Political News

House Republicans vote to keep Liz Cheney in leadership after she defends her impeachment vote

Posted February 3, 2021 2:41 p.m. EST
Updated February 3, 2021 9:25 p.m. EST

Liz Cheney's fate uncertain as House Republicans discuss her impeachment vote

— House Republicans voted Wednesday night that Rep. Liz Cheney should keep her post in House GOP leadership after she defended her support for impeachment as a vote of conscience during a contentious closed-door GOP conference meeting.

The vote took place after some Republicans argued that Cheney should be removed from leadership after voting to impeach then-President Donald Trump for inciting an insurrection at the Capitol. In the end, however, Cheney prevailed by a wide margin. The vote was 145 to keep her in her position as House Republican Conference chair, and 61 to remove her, plus one member who voted present, according to several people in the room.

The outcome leaves the House GOP leadership structure intact and averts a major upheaval within the Republican conference, after weeks of criticism and attacks aimed at Cheney ,including from some of her Republican colleagues and Trump.

Earlier in the evening, Cheney defended her vote to impeach. "I won't apologize for the vote," she told the House Republican conference, a source with knowledge of the process told CNN.

Cheney told CNN on Wednesday evening that she does not regret her impeachment vote. "Absolutely not," she said when asked. The Wyoming Republican was one of a handful of House Republicans to cross party lines and vote to impeach Trump for inciting the riot at the US Capitol that left five people dead.

Cheney delivered an eight-minute speech near the beginning of the meeting, two people in the room said, offering what was described as a calm yet firm defense of the Constitution.

She also told members that she wanted a vote to be called on her leadership status, which was interpreted by some in the room as an act of confidence in her standing with a broader cross-section of Republicans, the majority of which did not air their grievances toward her.

Cheney also fielded several contentious questions and comments from Trump loyalists, a person in the room said, including Rep. Scott Perry of Pennsylvania, who bluntly said she "aided and comforted the enemy." Rep. Darrell Issa of California asked Cheney if they kept her in leadership, whether she would do it again. Rep. Matt Rosendale of Montana engaged in a fiery exchange with her, a person in the room said, speaking loudly and angrily at Cheney.

But the anger was not all aimed at Cheney. Rep. Adam Kinzinger of Illinois, who had also voted in favor of impeachment, voiced criticism of House Minority Leader Kevin McCarthy, a California Republican, during the meeting.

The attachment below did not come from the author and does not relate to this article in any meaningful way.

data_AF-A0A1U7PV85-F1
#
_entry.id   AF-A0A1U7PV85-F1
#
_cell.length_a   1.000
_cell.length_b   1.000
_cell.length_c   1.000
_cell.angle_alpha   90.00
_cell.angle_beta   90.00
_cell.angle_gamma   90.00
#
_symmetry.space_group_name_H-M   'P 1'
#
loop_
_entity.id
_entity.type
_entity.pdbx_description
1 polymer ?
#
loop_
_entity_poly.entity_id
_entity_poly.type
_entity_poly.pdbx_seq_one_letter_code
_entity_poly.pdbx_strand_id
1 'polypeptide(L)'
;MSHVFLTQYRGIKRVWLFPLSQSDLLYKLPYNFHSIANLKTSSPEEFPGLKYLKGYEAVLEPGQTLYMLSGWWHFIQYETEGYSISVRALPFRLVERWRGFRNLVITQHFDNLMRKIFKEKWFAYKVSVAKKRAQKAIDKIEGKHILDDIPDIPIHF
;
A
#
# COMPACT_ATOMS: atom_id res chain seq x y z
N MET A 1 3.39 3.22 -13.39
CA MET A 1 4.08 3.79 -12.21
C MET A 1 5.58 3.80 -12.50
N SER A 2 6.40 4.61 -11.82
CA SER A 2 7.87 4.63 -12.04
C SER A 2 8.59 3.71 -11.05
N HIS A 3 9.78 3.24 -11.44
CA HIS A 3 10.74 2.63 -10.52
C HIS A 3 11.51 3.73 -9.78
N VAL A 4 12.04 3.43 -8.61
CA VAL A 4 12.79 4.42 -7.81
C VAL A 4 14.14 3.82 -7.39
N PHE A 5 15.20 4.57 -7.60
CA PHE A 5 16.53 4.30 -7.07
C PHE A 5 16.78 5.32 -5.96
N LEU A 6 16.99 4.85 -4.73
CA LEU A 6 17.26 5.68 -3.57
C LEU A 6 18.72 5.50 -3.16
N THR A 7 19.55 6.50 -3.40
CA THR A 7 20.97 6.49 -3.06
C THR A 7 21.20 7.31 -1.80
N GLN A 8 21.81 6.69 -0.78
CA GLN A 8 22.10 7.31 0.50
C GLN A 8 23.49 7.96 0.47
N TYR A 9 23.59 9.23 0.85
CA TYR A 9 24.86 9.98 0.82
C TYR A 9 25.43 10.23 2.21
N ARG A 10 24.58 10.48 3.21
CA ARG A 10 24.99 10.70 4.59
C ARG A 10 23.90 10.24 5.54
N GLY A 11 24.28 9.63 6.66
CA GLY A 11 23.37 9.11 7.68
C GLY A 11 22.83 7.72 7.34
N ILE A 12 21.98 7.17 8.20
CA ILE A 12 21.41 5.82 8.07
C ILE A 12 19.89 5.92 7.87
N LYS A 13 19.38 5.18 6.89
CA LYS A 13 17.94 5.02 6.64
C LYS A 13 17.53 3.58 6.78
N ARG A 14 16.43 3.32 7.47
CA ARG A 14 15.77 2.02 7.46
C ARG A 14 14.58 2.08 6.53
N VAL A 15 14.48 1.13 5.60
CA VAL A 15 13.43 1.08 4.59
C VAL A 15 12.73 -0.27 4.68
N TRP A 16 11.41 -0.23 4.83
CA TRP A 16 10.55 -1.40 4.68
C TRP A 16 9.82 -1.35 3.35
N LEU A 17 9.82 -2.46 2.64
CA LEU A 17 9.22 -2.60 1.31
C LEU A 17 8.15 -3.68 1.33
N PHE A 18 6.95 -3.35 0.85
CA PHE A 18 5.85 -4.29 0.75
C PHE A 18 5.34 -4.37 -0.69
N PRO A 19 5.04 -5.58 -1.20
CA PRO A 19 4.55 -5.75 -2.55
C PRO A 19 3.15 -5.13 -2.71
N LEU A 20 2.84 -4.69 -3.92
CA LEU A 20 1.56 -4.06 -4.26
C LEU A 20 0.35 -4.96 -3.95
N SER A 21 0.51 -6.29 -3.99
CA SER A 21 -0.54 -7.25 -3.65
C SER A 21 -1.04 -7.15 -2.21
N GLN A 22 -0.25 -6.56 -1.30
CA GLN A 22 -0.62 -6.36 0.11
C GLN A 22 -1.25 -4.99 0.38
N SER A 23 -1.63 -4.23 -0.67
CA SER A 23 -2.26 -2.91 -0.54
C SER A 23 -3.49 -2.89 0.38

Cheney issued a scathing statement ahead of the House impeachment vote condemning Trump's conduct, saying that he "summoned this mob, assembled the mob, and lit the flame of this attack," and "there has never been a greater betrayal by a President of the United States of his office and his oath to the Constitution."

Some prominent Republicans have defended Cheney, including Senate Minority Leader Mitch McConnell, but her vote has triggered a divisive intra-party battle and ahead of the meeting, there are other Republicans who want Cheney to express remorse for her comments over her impeachment vote.

House Republicans are at a major crossroads as tensions simmer over Cheney and Rep. Marjorie Taylor Greene of Georgia, and the conference faces pressure to chart a path forward in the aftermath of the Trump presidency.

Shortly before the meeting began, McCarthy released a statement, in which he condemned Greene's comments, but did not include any new repercussions for Greene and spent more time criticizing Democrats than the Georgia congresswoman's past comments that have created the backlash.

Ahead of the meeting, Cheney had been moving behind the scenes to shore up support -- and her defenders had been confident she would have the backing to fend off any challenge to her leadership post.

Rep. Jim Banks, who chairs the conservative Republican Study Committee, told CNN that Cheney had spoken to virtually all House Republicans ahead of the meeting.

"Well she's making a lot of efforts to talk to, I mean she's reached out to almost every member of the Republican conference," Banks said.

"The House should do what the House chooses to do," freshman Sen. Cynthia Lummis told reporters, refusing to offer any support to fellow Wyoming Republican Cheney.

John Barrasso, the other Wyoming GOP senator, backs Cheney.

Rep. Tom Reed of New York said ahead of the meeting he had spoken with Cheney and noted that he's willing to defend her during the conference meeting.

"So I told her that I will be a voice to say, 'Hey, guys, you know we don't purge our fellow members. That is not something we do. We are, as Republicans, we are a family, we air our differences, we settle it in the conference chamber just like I do with my loving older brothers and sisters, and we come out of it united,'" he said.

This story and headline have been updated with additional developments Wednesday.

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